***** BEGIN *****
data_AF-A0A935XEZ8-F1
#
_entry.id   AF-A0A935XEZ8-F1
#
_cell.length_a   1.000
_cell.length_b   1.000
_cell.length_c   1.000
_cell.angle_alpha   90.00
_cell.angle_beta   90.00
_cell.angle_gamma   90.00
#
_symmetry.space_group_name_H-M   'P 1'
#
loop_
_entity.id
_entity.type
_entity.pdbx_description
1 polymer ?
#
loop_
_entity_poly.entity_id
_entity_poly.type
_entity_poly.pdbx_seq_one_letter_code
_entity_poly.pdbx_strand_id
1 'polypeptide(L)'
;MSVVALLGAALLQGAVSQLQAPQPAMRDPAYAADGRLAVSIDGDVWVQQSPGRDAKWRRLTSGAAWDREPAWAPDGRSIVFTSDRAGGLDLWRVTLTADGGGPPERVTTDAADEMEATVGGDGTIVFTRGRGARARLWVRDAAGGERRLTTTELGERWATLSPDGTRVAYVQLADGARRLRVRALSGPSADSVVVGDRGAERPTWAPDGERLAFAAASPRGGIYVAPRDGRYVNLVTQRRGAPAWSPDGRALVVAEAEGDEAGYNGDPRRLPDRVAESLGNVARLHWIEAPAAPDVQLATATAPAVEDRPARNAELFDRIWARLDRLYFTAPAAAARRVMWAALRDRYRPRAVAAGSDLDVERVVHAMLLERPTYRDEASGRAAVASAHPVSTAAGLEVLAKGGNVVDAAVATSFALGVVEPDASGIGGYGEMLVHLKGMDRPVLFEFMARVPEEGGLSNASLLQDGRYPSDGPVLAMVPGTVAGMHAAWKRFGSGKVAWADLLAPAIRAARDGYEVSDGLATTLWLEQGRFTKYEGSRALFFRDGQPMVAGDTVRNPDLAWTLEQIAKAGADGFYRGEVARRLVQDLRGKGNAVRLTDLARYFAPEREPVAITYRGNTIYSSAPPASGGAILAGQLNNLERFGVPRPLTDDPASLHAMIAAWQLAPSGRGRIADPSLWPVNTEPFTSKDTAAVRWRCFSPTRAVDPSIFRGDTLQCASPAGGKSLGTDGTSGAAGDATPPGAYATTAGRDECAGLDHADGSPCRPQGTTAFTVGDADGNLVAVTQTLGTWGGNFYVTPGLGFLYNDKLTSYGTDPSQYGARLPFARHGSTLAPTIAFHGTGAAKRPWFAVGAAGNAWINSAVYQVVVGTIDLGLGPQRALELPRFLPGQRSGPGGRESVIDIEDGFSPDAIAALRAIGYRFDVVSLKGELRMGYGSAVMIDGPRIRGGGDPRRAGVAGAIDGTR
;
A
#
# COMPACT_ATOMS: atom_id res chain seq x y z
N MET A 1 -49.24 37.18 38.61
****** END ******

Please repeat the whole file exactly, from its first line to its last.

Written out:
data_AF-A0A935XEZ8-F1
#
_entry.id   AF-A0A935XEZ8-F1
#
_cell.length_a   1.000
_cell.length_b   1.000
_cell.length_c   1.000
_cell.angle_alpha   90.00
_cell.angle_beta   90.00
_cell.angle_gamma   90.00
#
_symmetry.space_group_name_H-M   'P 1'
#
loop_
_entity.id
_entity.type
_entity.pdbx_description
1 polymer ?
#
loop_
_entity_poly.entity_id
_entity_poly.type
_entity_poly.pdbx_seq_one_letter_code
_entity_poly.pdbx_strand_id
1 'polypeptide(L)'
;MSVVALLGAALLQGAVSQLQAPQPAMRDPAYAADGRLAVSIDGDVWVQQSPGRDAKWRRLTSGAAWDREPAWAPDGRSIVFTSDRAGGLDLWRVTLTADGGGPPERVTTDAADEMEATVGGDGTIVFTRGRGARARLWVRDAAGGERRLTTTELGERWATLSPDGTRVAYVQLADGARRLRVRALSGPSADSVVVGDRGAERPTWAPDGERLAFAAASPRGGIYVAPRDGRYVNLVTQRRGAPAWSPDGRALVVAEAEGDEAGYNGDPRRLPDRVAESLGNVARLHWIEAPAAPDVQLATATAPAVEDRPARNAELFDRIWARLDRLYFTAPAAAARRVMWAALRDRYRPRAVAAGSDLDVERVVHAMLLERPTYRDEASGRAAVASAHPVSTAAGLEVLAKGGNVVDAAVATSFALGVVEPDASGIGGYGEMLVHLKGMDRPVLFEFMARVPEEGGLSNASLLQDGRYPSDGPVLAMVPGTVAGMHAAWKRFGSGKVAWADLLAPAIRAARDGYEVSDGLATTLWLEQGRFTKYEGSRALFFRDGQPMVAGDTVRNPDLAWTLEQIAKAGADGFYRGEVARRLVQDLRGKGNAVRLTDLARYFAPEREPVAITYRGNTIYSSAPPASGGAILAGQLNNLERFGVPRPLTDDPASLHAMIAAWQLAPSGRGRIADPSLWPVNTEPFTSKDTAAVRWRCFSPTRAVDPSIFRGDTLQCASPAGGKSLGTDGTSGAAGDATPPGAYATTAGRDECAGLDHADGSPCRPQGTTAFTVGDADGNLVAVTQTLGTWGGNFYVTPGLGFLYNDKLTSYGTDPSQYGARLPFARHGSTLAPTIAFHGTGAAKRPWFAVGAAGNAWINSAVYQVVVGTIDLGLGPQRALELPRFLPGQRSGPGGRESVIDIEDGFSPDAIAALRAIGYRFDVVSLKGELRMGYGSAVMIDGPRIRGGGDPRRAGVAGAIDGTR
;
A
#
# COMPACT_ATOMS: atom_id res chain seq x y z
N MET A 1 -49.24 37.18 38.61